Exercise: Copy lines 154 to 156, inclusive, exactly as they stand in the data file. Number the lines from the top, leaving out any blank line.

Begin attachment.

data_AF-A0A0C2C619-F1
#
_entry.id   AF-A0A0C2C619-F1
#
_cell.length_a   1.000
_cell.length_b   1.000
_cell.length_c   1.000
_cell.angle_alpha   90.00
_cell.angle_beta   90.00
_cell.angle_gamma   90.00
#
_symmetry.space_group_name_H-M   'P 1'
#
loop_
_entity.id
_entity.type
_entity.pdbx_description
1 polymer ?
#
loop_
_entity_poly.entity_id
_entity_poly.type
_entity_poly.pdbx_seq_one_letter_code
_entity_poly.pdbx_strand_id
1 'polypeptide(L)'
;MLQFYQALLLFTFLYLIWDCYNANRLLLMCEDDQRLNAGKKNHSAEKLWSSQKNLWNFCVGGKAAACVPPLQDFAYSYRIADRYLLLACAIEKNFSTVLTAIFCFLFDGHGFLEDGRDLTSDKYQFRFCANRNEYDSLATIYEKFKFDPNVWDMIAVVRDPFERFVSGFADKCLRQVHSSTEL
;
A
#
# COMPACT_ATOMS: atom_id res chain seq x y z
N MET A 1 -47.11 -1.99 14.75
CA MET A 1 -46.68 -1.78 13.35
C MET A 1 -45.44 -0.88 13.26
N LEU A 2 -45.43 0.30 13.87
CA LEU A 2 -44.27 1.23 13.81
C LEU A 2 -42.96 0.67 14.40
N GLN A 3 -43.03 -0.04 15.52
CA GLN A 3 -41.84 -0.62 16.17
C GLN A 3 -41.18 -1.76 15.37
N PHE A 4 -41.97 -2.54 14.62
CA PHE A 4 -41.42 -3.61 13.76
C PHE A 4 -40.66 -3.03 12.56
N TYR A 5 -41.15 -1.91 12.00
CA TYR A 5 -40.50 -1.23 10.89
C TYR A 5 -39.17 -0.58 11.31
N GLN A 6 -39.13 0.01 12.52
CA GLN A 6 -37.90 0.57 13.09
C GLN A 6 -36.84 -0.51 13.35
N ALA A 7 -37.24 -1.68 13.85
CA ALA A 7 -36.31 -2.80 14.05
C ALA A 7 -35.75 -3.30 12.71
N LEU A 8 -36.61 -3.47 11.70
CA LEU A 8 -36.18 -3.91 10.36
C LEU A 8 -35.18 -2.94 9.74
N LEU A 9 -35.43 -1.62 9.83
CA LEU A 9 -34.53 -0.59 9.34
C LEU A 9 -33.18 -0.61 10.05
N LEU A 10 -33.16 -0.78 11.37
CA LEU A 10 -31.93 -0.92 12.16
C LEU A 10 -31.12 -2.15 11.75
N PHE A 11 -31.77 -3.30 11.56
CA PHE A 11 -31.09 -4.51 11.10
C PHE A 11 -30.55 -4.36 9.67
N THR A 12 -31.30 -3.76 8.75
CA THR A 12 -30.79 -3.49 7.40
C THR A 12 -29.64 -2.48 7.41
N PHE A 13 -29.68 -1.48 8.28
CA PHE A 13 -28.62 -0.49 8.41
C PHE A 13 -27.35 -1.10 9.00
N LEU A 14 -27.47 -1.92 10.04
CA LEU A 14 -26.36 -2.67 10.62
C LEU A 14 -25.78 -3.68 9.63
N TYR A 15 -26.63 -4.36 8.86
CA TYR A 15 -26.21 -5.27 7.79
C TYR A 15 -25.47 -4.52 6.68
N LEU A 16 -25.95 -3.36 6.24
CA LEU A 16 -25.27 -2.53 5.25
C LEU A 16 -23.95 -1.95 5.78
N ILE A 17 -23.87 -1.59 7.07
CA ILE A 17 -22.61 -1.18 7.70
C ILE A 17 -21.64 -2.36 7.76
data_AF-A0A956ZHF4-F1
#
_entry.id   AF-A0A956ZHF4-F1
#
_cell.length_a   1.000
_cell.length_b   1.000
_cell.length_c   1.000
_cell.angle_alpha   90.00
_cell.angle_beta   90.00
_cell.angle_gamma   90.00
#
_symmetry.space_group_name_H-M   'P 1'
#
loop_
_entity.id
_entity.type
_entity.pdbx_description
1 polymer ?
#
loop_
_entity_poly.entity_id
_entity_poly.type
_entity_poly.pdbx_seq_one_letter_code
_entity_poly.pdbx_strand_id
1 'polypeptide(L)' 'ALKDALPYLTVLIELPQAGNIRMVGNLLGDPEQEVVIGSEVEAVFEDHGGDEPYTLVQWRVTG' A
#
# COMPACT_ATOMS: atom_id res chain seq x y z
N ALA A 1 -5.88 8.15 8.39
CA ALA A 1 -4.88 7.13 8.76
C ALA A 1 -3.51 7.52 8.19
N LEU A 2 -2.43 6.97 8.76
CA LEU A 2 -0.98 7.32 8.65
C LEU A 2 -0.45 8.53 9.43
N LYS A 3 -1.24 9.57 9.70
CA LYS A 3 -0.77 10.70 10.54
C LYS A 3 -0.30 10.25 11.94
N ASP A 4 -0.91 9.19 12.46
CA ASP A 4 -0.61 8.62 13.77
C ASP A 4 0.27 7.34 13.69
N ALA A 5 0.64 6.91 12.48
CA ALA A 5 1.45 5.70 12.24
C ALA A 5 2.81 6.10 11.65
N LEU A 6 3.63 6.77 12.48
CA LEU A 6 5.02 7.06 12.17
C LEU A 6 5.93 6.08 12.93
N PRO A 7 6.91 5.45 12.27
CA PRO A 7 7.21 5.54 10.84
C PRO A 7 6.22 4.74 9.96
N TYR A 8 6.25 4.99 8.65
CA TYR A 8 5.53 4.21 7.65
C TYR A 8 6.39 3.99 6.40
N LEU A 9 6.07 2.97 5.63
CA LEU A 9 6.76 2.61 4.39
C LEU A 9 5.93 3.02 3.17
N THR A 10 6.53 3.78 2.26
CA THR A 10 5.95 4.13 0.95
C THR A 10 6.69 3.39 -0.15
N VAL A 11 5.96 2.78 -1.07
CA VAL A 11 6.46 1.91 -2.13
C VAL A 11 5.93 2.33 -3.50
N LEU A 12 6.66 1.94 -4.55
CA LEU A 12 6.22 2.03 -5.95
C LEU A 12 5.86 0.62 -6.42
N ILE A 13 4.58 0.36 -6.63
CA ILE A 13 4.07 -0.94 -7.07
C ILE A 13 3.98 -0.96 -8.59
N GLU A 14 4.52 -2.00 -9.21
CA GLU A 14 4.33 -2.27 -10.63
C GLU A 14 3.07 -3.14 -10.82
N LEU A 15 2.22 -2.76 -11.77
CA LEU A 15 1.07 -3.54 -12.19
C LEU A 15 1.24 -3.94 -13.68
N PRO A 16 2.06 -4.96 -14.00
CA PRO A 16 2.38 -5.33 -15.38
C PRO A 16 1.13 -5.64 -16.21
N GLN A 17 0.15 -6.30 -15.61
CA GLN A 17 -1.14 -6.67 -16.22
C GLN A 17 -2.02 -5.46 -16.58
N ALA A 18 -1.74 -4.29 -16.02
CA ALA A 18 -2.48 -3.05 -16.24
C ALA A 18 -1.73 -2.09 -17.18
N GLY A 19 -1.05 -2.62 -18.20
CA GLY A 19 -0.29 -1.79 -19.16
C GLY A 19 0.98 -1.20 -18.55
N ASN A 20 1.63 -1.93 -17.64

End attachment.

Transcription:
N PRO A 16 2.06 -4.96 -14.00
CA PRO A 16 2.38 -5.33 -15.38
C PRO A 16 1.13 -5.64 -16.21